Despite a global pandemic, our Red Crossers are still connecting with and assisting those in need from large-scale disasters through virtual deployments.

Liz Marsh and Barbara Gugel are two dedicated Wisconsin Region volunteers who have been virtually deployed in response to the central Michigan flooding that occurred in May.

Now that they’ve been helping our neighbors in Michigan for the past few weeks, we asked them to share their experiences with virtual deployments, how it compares to other in-person work with the American Red Cross and the takeaways they’ve heard from people on the ground in Michigan.

ARC-Michigan.DR377-20.060

Flood damage in what remains of downtown Sanford, Mich., following the draining of both the Wixom Lake and Sanford Lake impoundments along the Titabawassee River. 

Liz Marsh

Liz started her journey with the Red Cross three years ago after deciding that she wanted to do something for her community. She has been virtually deployed five times – assisting in the recovery process of disasters from tornadoes in Texas and Illinois to flooding in Wisconsin. In addition to being a dedicated volunteer, Liz is a mother of five who lives in northeast Wisconsin.

“I wanted to see a change in my community … and there was no Red Cross [volunteers at the time in Shawano County] … so I wanted to do something for our community to help”, Liz said.

Interestingly, Liz has only ever been virtually deployed to disasters. When asked how it feels to still be able to do her work despite current circumstances, she replied that it is fulfilling to know that she is able to be a resource for people in need.

Liz’s Michigan experience

Liz has been working in the Midland area of Michigan and has been working with many senior clients, where she addresses some added difficulty for them due to COVID-19. She expressed how it has been challenging for seniors in particular due to their increased risks from potentially contracting the virus.

One of the people Liz has worked with during her virtual deployment to Michigan is a veteran who suffered from a stroke back in November. Two days after he was released from the hospital, the flood occurred, damaging his and his wife’s home. A stroke, a pandemic, the flood and then the added stress of paying for all related home repairs and hospital bills. Liz has been working with this couple throughout her time being virtually deployed – she was even promoted to supervisor –assisting them with finding resources and providing support.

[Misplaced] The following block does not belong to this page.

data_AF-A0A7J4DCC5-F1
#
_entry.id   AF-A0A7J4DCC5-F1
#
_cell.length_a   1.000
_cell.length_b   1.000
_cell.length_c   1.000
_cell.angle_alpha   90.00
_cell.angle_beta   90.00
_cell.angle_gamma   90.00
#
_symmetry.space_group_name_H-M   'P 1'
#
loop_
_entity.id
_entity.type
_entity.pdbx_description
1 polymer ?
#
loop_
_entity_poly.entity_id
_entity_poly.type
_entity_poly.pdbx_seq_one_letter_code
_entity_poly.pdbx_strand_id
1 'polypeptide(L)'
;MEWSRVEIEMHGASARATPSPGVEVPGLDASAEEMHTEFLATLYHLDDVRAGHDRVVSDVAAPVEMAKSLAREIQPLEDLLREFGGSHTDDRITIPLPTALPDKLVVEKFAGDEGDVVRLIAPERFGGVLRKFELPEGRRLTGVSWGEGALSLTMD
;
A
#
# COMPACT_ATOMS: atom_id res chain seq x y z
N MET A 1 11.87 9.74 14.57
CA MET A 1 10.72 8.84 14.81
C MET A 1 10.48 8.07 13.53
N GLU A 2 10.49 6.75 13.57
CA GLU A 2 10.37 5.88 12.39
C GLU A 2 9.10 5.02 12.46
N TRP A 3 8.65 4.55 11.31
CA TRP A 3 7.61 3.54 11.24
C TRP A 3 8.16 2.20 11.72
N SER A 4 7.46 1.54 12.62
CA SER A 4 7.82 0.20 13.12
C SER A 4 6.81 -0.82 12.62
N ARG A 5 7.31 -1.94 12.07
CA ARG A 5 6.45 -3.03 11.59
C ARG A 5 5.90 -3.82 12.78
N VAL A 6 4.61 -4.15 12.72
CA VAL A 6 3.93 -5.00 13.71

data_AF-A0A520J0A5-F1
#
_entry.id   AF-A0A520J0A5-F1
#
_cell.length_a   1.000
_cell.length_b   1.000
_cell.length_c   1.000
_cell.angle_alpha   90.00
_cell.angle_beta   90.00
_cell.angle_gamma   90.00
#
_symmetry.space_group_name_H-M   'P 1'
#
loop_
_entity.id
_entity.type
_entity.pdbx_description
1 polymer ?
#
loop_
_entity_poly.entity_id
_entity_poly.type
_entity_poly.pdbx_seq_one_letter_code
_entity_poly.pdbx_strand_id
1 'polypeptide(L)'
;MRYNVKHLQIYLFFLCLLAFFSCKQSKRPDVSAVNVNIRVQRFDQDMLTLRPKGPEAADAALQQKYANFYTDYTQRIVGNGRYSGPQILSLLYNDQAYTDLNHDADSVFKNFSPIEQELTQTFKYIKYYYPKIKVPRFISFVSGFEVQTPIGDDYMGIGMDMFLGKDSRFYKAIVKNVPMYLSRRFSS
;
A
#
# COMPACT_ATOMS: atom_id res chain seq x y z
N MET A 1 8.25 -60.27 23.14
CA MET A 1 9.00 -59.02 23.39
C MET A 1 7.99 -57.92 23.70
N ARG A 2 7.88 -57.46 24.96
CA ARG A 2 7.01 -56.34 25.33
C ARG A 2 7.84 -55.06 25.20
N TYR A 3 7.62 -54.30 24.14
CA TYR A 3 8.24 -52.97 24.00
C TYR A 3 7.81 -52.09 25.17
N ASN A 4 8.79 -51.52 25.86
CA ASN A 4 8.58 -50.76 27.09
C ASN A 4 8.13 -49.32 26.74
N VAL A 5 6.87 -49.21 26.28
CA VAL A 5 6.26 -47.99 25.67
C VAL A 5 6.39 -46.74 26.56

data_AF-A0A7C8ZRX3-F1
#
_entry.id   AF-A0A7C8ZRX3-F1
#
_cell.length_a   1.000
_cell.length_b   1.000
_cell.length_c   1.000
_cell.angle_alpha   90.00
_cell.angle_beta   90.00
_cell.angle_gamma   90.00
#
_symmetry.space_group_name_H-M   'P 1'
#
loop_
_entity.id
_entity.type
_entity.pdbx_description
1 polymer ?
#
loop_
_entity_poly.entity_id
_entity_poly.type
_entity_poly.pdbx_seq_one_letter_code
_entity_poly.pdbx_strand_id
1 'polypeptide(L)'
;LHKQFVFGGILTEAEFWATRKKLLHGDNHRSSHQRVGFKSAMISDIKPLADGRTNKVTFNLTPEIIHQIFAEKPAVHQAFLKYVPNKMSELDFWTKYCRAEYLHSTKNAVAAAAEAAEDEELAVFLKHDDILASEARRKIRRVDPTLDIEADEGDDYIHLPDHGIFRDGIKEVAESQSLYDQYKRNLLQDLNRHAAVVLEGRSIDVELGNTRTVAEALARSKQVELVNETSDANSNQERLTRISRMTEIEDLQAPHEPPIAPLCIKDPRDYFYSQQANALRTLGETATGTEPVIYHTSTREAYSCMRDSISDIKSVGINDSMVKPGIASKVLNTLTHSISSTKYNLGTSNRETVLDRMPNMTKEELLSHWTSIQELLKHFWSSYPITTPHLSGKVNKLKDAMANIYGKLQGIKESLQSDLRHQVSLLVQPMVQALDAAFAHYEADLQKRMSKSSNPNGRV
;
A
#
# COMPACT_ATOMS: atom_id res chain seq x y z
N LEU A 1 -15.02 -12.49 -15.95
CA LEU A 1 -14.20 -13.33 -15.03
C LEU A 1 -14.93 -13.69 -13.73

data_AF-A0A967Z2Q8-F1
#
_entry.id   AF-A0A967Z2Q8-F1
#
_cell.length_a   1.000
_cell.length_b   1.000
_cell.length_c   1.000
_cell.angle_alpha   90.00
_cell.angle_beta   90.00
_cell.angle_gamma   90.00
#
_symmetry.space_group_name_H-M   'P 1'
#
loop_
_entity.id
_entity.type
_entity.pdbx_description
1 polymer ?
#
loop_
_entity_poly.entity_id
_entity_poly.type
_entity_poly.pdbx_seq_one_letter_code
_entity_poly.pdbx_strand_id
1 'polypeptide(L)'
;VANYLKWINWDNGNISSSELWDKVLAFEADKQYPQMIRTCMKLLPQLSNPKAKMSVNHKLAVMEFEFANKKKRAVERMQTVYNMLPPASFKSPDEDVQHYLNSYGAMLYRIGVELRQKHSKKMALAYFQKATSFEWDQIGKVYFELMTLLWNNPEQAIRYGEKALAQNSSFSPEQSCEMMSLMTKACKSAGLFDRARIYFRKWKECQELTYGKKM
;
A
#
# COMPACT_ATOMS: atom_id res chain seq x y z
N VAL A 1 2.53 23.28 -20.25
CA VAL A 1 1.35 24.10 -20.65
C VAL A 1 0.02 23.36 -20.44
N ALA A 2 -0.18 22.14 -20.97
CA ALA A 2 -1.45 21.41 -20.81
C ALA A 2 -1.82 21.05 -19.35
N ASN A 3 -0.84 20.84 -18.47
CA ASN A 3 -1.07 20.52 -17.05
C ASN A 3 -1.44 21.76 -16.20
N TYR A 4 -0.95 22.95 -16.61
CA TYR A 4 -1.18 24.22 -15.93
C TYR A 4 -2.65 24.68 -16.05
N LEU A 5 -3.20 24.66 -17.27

“I can relate to the mass devastation of not knowing the next turn and needing the extra help and … [I get] the ability to be a killer resource and figure out the problem and solve it so they can move on to recovery,” she said.

ARC-Michigan.DR377-20.054 (1)

Michigan volunteer American Red Cross Disaster Assessment Team members on a deserted and closed state road in Edenville, Mich., immediately downstream from the failed Edenville Dam.

Barbara Gugel

Barbara joined the Red Cross as a volunteer one and a half years ago, thanks to her neighbor who got her interested in volunteering with the organization. Her volunteer work with the Red Cross includes experience in sheltering, feeding, casework, driving emergency vehicles, as well as being a Disaster Action Team supervisor for Columbia and Dane Counties.

When the flooding in Michigan occurred, Barbara began calling those affected by the flood, helping them find temporary housing and addressing their needs. In the first two days of her virtual deployment, Barbara had contacted 32 people and opened 12 cases all from her home in Lodi, Wisconsin.

Barbara’s Michigan experience

Barbara is working with people located upriver, in the counties of Gladwin and Beaverton of Michigan. One family that Barbara has connected with is a family of four, plus the mother’s elderly father in law who has physical limitations. They have been staying in a hotel during these past couple of days. Barbara has been staying in touch with this family frequently during her time virtually deployed, providing them not only with support, but also a listening ear.